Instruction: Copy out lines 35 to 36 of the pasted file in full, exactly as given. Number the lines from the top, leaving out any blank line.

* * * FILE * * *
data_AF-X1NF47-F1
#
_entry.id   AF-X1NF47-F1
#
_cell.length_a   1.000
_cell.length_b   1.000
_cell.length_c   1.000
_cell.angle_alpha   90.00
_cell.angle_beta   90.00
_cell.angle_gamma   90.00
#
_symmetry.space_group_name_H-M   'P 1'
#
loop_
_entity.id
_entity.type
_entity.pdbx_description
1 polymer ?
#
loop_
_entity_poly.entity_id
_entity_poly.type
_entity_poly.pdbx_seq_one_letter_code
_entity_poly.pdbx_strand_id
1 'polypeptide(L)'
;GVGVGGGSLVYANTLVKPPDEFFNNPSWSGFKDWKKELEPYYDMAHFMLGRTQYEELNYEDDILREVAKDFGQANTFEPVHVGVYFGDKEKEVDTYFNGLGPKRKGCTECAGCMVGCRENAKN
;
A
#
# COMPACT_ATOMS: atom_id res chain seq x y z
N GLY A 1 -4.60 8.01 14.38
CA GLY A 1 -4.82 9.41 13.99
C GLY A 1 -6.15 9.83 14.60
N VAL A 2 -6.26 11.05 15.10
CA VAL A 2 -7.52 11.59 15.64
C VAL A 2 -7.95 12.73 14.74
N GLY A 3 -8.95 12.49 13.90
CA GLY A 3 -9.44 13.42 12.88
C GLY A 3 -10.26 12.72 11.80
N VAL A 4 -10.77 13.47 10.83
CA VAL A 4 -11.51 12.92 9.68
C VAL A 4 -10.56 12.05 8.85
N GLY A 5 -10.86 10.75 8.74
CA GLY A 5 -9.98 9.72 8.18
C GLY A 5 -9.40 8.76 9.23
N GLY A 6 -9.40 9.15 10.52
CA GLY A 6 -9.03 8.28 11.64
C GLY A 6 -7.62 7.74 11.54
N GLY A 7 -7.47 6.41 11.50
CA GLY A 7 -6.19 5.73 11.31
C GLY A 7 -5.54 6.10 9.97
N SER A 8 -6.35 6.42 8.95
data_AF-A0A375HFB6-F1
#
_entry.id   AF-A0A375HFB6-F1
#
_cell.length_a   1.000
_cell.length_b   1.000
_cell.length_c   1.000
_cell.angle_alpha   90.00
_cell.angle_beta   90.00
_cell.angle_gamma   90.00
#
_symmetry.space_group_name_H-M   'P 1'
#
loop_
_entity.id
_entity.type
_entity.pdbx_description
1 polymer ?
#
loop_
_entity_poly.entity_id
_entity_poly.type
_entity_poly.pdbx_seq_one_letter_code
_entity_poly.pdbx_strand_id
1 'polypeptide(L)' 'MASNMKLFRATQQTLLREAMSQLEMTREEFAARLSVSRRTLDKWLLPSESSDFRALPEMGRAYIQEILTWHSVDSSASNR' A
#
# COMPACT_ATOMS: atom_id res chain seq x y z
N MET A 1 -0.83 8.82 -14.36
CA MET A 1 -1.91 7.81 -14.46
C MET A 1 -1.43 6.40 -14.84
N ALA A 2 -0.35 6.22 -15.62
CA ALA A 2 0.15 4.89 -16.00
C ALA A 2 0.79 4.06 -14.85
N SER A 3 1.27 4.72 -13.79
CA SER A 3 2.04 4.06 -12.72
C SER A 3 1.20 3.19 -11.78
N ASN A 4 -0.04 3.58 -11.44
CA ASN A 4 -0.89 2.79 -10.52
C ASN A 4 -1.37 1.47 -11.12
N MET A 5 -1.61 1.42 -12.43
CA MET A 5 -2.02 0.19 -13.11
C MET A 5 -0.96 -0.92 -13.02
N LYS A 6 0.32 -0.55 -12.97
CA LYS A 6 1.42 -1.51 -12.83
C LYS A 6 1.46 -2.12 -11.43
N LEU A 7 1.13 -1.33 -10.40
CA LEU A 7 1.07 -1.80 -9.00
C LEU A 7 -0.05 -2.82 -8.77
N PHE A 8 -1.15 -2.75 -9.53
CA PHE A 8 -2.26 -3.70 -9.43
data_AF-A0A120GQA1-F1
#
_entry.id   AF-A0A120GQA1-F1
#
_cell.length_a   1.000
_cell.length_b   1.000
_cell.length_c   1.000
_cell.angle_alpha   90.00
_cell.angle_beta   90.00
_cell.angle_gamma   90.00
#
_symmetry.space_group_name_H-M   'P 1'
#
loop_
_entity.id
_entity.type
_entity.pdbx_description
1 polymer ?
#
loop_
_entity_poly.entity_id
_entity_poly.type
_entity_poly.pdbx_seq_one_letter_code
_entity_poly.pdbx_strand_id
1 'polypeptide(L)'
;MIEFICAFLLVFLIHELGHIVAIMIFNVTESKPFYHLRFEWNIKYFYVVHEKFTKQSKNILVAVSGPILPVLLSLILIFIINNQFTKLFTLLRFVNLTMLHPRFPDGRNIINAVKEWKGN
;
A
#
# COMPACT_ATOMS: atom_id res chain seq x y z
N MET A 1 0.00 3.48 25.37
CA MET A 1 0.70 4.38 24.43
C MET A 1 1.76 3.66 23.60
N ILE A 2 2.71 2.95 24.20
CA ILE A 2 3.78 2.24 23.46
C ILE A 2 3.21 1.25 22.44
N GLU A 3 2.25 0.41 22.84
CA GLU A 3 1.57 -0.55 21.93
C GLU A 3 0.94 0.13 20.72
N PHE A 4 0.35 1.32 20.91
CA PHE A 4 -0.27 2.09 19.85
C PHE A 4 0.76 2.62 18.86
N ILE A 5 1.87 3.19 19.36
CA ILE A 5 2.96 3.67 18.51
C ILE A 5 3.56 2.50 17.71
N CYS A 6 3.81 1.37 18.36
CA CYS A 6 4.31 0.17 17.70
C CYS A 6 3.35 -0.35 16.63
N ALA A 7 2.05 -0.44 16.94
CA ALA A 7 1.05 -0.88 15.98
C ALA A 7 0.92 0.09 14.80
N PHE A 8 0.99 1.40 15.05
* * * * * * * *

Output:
CA VAL A 2 -7.52 11.59 15.64
C VAL A 2 -7.95 12.73 14.74